The onMessage() method is not part of the session object right? Spec is not being violated. If you use the session object from within the onMessage() method then YOU are violating the spec.
I didn't say I'm using the session object from within onMessage().
I said that according to the spec, a session defines a single threaded context. I had a program that for a single session and a single provider the system was using multiple threads to call onMessage().
I don't think that the spec. says the JMS implementation is not allowed to use multiple thread to send messages asynchronously but YOU ARE NOT allowed to use a session other multiple threads (MessageProducer.send() or MessageConsumer.receive()).
Have fun - Andy
That's possible - this spec isn't always easy to interpret.
Here's the excerpt:
26 Java Message Service —Version 1.1 April 12, 2002
JMS could have required that all its objects support concurrent use. Since
support for concurrent access typically adds some overhead and complexity,
the JMS design restricts its requirement for concurrent access to those objects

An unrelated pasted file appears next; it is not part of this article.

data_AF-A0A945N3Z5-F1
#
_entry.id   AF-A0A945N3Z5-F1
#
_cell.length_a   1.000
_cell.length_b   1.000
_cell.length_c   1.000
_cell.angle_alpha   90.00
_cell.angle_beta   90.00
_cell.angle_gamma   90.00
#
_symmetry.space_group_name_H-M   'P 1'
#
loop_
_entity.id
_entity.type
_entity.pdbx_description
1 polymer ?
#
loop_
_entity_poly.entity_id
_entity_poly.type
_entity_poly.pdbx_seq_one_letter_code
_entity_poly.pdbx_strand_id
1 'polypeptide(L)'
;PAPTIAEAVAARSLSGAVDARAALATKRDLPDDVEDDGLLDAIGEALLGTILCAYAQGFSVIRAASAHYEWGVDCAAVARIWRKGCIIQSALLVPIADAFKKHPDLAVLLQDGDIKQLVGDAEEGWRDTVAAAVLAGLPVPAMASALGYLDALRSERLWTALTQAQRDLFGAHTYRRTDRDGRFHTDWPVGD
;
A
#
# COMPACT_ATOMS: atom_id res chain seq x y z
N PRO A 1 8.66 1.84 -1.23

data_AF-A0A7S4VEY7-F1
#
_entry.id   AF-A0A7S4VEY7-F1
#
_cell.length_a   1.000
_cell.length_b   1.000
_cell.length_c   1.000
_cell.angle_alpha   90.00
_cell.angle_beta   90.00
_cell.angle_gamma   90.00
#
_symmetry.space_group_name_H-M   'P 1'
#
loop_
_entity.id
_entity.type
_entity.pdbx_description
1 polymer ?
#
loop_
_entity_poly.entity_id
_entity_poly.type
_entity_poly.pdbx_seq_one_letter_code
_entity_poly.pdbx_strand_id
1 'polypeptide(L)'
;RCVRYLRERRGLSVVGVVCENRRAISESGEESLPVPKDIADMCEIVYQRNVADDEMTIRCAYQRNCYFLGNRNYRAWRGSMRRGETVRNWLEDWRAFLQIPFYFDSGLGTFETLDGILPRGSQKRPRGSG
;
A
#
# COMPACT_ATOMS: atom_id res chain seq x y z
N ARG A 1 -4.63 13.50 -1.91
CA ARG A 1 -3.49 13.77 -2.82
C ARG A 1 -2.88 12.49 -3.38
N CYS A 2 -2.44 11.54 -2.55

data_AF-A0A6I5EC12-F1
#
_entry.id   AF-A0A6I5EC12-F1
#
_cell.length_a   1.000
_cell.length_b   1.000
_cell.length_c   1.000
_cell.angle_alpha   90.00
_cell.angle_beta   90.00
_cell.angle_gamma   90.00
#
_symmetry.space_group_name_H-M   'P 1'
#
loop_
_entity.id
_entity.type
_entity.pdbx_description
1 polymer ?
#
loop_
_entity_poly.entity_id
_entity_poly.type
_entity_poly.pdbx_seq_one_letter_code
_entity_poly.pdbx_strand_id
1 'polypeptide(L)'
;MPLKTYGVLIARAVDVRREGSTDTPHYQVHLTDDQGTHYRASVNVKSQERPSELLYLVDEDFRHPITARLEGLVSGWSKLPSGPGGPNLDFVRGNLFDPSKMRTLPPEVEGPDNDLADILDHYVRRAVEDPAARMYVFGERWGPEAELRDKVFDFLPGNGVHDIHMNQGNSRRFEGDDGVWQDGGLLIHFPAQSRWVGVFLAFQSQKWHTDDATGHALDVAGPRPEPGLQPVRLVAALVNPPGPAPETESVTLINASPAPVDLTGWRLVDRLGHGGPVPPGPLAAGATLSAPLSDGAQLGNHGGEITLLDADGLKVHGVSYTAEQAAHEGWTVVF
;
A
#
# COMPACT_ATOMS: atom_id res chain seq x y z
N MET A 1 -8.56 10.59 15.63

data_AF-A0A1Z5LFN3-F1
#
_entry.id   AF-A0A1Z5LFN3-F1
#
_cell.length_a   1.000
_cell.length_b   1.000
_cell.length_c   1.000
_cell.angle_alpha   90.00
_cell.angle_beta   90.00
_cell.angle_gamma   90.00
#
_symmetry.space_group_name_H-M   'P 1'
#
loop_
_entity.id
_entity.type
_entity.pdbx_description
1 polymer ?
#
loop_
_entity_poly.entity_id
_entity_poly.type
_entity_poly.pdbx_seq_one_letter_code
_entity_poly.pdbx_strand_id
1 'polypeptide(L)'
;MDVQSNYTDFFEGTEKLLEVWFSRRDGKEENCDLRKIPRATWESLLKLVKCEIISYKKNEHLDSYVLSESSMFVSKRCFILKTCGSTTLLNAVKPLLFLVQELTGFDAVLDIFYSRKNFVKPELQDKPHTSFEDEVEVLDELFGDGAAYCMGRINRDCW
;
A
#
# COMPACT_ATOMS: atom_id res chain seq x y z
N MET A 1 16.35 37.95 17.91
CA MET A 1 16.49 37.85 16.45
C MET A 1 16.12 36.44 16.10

that would naturally be shared by a multithreaded client. The remainder are
designed to be accessed by one logical thread of control at a time.
JMS defines some specific rules that restrict the concurrent use of Sessions.
Since they require more knowledge of JMS specifics than we have presented at
Table 2-2 JMS Objects that Support Concurrent Use
JMS Object Supports Concurrent Use
this point, they will be described later. Here we will describe the rationale for
There are two reasons for restricting concurrent access to Sessions. First,
Sessions are the JMS entity that supports transactions. It is very difficult to
implement transactions that are multithreaded. Second, Sessions support
asynchronous message consumption. It is important that JMS not require that
client code used for asynchronous message consumption be capable of
handling multiple, concurrent messages. In addition, if a Session has been set
up with multiple, asynchronous consumers, it is important that the client is not
forced to handle the case where these separate consumers are concurrently
executing. These restrictions make JMS easier to use for typical clients. More
sophisticated clients can get the concurrency they desire by using multiple